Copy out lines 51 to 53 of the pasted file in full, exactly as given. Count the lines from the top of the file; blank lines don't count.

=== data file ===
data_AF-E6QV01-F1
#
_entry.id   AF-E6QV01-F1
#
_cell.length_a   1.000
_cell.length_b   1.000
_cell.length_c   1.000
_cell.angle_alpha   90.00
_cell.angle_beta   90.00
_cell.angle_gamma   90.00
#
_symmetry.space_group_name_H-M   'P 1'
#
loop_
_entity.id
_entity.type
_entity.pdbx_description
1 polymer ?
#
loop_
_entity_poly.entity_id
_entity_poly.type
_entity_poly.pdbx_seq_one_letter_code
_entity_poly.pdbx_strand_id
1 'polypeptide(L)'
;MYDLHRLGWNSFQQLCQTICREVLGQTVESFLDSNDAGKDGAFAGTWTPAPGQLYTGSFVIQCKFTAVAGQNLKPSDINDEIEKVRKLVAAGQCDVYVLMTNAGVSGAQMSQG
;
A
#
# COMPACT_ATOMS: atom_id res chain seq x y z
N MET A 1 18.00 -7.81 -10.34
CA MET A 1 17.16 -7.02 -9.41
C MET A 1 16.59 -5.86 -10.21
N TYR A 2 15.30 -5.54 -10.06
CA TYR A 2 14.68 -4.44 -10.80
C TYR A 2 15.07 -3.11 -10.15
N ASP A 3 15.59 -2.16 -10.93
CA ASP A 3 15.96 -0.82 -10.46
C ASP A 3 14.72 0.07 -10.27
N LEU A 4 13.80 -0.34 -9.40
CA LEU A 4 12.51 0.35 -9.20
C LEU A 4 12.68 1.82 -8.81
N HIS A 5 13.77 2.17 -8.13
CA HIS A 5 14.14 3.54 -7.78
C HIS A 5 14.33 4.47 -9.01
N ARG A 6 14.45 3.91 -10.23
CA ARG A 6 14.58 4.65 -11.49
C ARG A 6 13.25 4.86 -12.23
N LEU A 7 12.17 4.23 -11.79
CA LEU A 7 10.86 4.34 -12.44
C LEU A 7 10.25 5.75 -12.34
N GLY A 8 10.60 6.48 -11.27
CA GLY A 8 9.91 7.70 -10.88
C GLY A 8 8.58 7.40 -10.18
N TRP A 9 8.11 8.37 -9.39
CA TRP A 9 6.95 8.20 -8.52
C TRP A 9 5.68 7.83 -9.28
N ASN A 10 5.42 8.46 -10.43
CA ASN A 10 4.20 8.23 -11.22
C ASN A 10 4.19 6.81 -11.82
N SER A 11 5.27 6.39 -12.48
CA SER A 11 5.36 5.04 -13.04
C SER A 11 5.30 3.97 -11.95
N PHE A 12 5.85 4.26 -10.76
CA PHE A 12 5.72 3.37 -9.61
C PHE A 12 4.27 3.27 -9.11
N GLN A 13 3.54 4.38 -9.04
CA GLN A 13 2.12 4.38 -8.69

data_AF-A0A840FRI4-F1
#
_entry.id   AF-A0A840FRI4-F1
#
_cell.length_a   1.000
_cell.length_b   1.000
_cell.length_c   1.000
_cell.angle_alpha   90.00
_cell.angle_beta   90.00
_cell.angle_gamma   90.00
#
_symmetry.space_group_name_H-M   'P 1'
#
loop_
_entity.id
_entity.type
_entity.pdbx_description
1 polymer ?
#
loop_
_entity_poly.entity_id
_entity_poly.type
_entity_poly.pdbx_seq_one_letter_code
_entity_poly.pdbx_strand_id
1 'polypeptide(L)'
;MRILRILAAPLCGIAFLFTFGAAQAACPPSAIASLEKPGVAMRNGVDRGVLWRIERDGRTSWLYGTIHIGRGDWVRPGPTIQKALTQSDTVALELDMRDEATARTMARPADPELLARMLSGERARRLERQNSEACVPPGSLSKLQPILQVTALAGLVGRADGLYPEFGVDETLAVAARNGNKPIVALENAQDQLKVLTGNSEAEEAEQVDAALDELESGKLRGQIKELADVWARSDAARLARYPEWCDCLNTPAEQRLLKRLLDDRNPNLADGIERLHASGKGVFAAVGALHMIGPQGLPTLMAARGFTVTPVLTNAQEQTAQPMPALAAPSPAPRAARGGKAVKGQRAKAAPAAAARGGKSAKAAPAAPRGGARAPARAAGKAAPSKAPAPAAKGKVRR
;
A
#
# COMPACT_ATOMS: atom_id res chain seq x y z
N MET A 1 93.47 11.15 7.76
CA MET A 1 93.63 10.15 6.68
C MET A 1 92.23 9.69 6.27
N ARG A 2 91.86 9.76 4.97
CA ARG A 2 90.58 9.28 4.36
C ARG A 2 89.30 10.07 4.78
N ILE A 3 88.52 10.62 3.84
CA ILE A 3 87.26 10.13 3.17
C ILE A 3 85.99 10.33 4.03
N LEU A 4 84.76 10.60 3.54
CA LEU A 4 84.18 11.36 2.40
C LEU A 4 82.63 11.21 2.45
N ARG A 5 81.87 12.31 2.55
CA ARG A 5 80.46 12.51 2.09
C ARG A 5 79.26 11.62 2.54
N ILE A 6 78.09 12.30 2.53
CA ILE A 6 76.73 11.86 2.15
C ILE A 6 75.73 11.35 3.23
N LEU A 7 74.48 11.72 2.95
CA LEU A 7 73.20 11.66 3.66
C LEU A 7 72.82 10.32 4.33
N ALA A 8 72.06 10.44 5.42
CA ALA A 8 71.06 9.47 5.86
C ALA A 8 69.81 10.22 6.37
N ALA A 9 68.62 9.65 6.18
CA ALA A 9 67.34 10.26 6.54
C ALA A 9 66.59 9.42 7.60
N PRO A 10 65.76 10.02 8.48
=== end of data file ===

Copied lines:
C LEU A 7 10.25 5.75 -12.34
N GLY A 8 10.60 6.48 -11.27
CA GLY A 8 9.91 7.70 -10.88